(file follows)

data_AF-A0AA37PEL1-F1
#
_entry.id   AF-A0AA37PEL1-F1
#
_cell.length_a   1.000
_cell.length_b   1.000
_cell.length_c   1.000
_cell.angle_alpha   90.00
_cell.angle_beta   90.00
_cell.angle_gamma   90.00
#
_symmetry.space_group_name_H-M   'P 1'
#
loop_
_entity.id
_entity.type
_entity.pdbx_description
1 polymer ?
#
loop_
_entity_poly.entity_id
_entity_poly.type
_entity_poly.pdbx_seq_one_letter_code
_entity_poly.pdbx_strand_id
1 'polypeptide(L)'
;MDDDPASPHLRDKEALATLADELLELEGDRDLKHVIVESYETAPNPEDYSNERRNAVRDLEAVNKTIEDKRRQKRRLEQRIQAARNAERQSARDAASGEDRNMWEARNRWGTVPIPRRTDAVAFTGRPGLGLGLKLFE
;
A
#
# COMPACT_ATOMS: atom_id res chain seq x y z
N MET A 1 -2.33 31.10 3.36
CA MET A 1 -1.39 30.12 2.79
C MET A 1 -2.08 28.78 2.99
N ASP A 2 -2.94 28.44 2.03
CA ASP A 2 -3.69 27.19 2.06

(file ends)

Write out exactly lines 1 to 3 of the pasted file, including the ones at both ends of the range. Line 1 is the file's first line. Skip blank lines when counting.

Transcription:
data_AF-A0AA37PEL1-F1
#
_entry.id   AF-A0AA37PEL1-F1